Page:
In what way is Snickers satisfying?
In what way is Snickers satisfying? This is the question that has been asked many times throughout the history of the world. In the process, many schools of thought, scientific institutions, and philosophical organizations have been formed to pursue this question. Famous thinkers, such as Albert Einstein, Friedrich Nietzsche, and George Orwell have all asked this question, but their answers are smeared "all over the map." This article answers the question definitively.
The history of this question can be traced all the way back to ancient Greece in 360 BC, during the height of great philosophical thinking in the western world. Plato had purchased a Snickers bar at the local marketplace in the city of Athens. After eating it, he was about to throw away the wrapper when he noticed on the back of the Snickers wrapper the message "Satisfies". It was then Plato asked the now famous question: "In what way does Snickers satisfy?" This startling observation began millennia of philosophers, scientists, and thinkers all asking the same question, looking for one true definitive answer.
Theories of ways in which Snickers is satisfying
The most obvious way that a Snickers bar is satisfying is simple physical indulgence. The human tongue is lined with 9000 taste buds. Each one of these is named after Bud, an old friend who loves the taste of chocolate (or, at least, used to love it until the day he attacked the entire Halloween bag of Snickers and rendered the veterinarian powerless to intervene).
Anyway, when the warm chocolate of a Snickers bar reaches the tongue, a party erupts in the mouth. This party is not like a drunken "frat party" but a moment of private jubilation at encircling something so delicious. The taste "Buds" send excited messages to the brain (as they also do on drinking Bud, a liquid that has nothing at all to do with the dog).
When the Snickers bar has been fully ingested into the stomach, the receptors on the linings of the stomach walls in turn contact the brain, sending a message usually translated as, "Yup, it's down here now." The stomach then extracts all of the nutrients from the Snickers bar, leaving the individual with a full stomach and essentially satisfied. Q.E.D.
Science tells us that a single Snickers bar contains thousands of "feel-good" compounds. These compounds first enter the body soon after ingestion of the candy bar. Minutes afterwards, these compounds disperse and head to all of the major locations of neural synapses throughout the body. You know that smile on your face after you eat a Snickers bar? That is the feel-good compound doing its work.
After a few hours, the effect of the compounds wear off and leave you all sad. You now crave more. This means that you have now become addicted to Snickers. The Centers for Disease Control have ranked Snickers addiction the third largest addiction in the United States, right behind addiction to french-fry grease and to gun massacres in grade schools. And given the fact that new people are trying Snickers bars every day, the addiction can only increase in national importance.
The Snickers bar has always been a major status symbol. A person eating a Snickers bar was at the height of his game. It first became a status symbol during Roman times. When the common folk and senators saw Julius Caesar eating a Snickers bar in public, the threat to the Roman Republic was clear. It was this temptation to have a Snickers bar that led to Caesar's assassination in 44 BC in a conspiracy organised by the chocolate-deficient Brutus. On driving the knife in, Caesar confessed to his killer that he had been an intemperate official, telling Brutus he done "et" two.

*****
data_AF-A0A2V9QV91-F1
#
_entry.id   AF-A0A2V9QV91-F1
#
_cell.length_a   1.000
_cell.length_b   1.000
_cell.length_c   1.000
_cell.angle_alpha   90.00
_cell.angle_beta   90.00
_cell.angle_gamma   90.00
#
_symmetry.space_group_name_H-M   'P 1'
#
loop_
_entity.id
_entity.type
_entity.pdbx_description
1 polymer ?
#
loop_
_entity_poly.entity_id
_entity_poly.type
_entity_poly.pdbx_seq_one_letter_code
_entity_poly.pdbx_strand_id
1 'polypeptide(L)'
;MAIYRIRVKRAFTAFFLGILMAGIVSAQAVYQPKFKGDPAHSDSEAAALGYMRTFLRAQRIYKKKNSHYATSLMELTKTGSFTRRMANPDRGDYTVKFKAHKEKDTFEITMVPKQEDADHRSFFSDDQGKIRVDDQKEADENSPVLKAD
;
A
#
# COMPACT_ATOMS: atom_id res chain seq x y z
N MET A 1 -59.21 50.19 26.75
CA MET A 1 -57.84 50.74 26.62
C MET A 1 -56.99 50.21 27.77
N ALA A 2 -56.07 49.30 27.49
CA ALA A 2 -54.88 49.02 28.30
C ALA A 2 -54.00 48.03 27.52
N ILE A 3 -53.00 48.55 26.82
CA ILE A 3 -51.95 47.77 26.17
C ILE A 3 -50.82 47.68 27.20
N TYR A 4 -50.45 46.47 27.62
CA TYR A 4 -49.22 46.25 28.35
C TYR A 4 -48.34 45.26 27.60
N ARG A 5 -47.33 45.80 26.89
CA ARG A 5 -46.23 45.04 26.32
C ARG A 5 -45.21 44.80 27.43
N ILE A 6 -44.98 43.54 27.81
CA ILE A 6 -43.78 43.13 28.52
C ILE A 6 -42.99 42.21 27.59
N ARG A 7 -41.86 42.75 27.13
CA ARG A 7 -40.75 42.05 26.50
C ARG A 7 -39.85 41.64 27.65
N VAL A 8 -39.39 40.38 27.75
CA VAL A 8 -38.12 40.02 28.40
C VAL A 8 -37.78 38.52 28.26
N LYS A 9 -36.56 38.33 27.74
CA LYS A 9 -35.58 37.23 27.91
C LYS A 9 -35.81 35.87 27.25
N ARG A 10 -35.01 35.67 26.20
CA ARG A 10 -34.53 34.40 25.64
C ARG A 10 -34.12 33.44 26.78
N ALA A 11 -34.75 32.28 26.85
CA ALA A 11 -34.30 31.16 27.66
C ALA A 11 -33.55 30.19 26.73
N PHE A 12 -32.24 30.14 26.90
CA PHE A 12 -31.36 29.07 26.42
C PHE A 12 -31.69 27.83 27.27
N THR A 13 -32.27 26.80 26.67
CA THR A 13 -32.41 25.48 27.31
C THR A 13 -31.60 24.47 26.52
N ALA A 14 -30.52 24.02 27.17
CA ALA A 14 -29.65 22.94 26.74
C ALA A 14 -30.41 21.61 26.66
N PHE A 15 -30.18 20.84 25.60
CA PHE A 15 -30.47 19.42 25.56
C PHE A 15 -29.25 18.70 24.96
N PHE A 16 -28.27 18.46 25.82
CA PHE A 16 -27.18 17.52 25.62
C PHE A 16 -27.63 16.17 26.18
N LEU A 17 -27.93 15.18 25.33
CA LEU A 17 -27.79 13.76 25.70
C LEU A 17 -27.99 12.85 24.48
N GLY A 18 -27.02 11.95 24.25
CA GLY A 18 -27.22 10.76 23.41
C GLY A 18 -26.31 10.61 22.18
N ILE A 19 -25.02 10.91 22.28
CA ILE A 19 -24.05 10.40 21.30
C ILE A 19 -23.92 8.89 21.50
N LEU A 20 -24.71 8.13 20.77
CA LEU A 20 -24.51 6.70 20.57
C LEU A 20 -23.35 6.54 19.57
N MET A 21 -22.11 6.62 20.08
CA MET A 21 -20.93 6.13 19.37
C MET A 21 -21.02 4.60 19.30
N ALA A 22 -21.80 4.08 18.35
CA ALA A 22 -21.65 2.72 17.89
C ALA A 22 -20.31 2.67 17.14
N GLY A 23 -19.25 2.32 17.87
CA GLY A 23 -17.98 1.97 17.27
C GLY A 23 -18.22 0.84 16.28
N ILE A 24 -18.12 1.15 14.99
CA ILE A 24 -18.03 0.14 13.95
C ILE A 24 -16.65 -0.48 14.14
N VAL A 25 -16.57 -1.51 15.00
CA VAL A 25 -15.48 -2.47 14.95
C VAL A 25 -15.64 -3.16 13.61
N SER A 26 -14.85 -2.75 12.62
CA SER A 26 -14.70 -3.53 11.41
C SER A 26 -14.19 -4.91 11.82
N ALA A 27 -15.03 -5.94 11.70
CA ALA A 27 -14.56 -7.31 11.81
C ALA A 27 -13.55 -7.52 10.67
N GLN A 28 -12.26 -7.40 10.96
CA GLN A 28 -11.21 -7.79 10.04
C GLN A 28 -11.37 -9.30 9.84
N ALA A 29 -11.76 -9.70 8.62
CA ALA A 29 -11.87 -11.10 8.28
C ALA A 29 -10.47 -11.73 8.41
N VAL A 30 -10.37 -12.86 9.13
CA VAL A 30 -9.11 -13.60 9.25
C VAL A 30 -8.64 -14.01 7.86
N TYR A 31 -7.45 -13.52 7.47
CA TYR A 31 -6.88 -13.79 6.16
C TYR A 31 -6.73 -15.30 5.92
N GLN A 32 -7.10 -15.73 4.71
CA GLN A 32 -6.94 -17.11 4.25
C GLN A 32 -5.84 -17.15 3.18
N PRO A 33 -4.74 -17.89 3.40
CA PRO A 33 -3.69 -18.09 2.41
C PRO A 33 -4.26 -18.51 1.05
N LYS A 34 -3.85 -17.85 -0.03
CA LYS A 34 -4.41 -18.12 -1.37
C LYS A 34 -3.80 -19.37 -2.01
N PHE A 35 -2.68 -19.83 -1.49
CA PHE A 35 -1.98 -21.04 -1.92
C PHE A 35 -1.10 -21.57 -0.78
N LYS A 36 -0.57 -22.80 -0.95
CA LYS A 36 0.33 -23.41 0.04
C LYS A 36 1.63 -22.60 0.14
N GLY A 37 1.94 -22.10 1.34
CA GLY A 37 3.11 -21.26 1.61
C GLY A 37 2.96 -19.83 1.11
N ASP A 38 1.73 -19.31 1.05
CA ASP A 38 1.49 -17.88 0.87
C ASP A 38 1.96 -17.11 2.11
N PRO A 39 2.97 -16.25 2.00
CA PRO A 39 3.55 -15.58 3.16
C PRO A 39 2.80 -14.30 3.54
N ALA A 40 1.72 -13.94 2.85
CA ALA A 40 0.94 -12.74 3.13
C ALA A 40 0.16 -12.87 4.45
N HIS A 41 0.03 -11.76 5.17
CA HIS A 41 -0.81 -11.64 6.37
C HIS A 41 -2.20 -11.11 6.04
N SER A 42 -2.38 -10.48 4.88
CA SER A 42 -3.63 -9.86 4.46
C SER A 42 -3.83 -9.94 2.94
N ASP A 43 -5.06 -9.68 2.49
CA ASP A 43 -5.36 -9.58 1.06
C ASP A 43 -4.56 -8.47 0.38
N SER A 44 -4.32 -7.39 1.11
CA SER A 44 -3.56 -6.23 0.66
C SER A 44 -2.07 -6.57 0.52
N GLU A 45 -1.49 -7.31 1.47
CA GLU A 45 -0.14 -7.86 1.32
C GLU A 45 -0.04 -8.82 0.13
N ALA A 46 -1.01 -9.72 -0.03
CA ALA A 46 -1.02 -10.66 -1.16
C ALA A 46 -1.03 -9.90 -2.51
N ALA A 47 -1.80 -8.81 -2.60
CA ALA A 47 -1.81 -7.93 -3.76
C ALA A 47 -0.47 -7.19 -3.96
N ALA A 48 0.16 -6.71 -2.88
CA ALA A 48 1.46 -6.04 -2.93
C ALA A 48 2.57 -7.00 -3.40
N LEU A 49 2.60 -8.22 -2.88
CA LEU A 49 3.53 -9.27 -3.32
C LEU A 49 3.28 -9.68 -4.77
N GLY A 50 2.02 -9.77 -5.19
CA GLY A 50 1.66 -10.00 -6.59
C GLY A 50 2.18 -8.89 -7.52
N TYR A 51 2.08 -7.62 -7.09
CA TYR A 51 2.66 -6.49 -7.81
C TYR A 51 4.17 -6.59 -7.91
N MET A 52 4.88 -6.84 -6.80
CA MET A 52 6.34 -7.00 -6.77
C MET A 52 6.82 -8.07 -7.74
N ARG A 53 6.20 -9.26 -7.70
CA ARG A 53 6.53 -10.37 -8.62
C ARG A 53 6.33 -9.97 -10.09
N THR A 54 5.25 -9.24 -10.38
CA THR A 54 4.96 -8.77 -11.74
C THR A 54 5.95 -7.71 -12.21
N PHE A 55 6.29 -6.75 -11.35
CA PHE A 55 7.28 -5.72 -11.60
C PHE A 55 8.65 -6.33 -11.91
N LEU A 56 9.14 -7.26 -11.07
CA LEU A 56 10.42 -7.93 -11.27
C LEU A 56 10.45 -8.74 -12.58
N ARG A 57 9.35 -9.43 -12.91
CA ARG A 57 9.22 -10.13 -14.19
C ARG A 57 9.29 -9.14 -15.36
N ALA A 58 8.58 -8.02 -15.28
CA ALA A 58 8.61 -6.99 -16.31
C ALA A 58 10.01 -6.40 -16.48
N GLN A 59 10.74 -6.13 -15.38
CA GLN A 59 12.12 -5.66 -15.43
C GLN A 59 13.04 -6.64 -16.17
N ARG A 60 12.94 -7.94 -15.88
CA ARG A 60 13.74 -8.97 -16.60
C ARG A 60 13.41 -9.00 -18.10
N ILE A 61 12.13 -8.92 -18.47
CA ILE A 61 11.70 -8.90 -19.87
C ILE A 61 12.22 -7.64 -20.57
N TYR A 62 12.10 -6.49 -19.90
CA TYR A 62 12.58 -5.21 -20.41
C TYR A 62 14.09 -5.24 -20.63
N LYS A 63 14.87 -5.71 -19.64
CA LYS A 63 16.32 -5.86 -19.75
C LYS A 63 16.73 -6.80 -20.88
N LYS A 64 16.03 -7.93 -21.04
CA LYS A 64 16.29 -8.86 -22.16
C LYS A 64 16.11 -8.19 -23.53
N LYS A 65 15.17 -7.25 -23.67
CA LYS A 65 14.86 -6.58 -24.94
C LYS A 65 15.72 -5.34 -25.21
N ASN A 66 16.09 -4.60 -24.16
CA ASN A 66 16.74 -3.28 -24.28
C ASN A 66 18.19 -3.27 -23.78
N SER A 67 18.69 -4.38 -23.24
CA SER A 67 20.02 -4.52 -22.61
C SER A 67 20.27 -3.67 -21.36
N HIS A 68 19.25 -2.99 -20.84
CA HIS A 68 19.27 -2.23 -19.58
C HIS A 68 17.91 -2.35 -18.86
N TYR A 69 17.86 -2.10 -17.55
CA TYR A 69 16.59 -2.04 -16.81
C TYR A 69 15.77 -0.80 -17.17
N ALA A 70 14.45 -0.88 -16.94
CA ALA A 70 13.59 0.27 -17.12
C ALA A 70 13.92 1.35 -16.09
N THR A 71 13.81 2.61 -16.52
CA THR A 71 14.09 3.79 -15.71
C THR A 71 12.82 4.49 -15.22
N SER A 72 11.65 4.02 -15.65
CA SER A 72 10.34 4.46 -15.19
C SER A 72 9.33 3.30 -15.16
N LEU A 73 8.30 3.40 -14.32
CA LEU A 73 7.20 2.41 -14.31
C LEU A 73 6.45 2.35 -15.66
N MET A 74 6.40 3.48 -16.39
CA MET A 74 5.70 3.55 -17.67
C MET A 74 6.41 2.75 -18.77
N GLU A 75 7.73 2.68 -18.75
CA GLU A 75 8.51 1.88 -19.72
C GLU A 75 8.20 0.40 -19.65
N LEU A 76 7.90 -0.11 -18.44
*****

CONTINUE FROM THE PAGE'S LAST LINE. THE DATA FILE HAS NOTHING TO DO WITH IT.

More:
During the Middle Ages, nobles, clerics, and monarchs all ate Snickers bars. But peasants caught even taking a nibble out of one were executed on the spot or burnt later with heretics, blasphemers and horse thieves.
In the Renaissance, the writer Desiderius Erasmus penned The Praise of Choccy (that is, of chocolate), a long and detailed defence of all sweets and candy, but especially Snickers. The book was banned in both Catholic and Protestant Europe in a rare show of mutual intoleration.
It wasn't until the 18th century that the Snickers bar became more widely enjoyed and was the food of choice for intense political discussions in the boudoirs and bath tubs of enlightened establishments. Thomas Jefferson and Benjamin Franklin consumed thirty bars in two hours whist they wrote out the Declaration of Independence in 1776.
The Industrial Age made the Snickers bar common and inexpensive. German chancellor Otto von Bismarck built factories that could mass-produce the bar. After World War I, the allies took the blueprints for the factories and now the United States, Great Britain, France, and Russia were producing Snickers. Later on, China and Japan would develop their own factories for the production of Snickers.
In Britain and Ireland, the Snickers bars were originally sold as 'Marathon bars,' as marketeers feared that the whimsical name could be adapted to silly couplets, say, 'I eat Snickers in My Lady's Knickers,' or some such. And the project managers for the United Kingdom were classically educated and appreciated the link back to Plato and a naked man running 26 miles to Athens to shout We Are The Champions, My Friends... before dropping dead.
Today, Snickers is available in all countries except Antarctica. Plans to build a Snickers factory at the South Pole have been proposed. However, opposition is expected from the chocolate penguin community.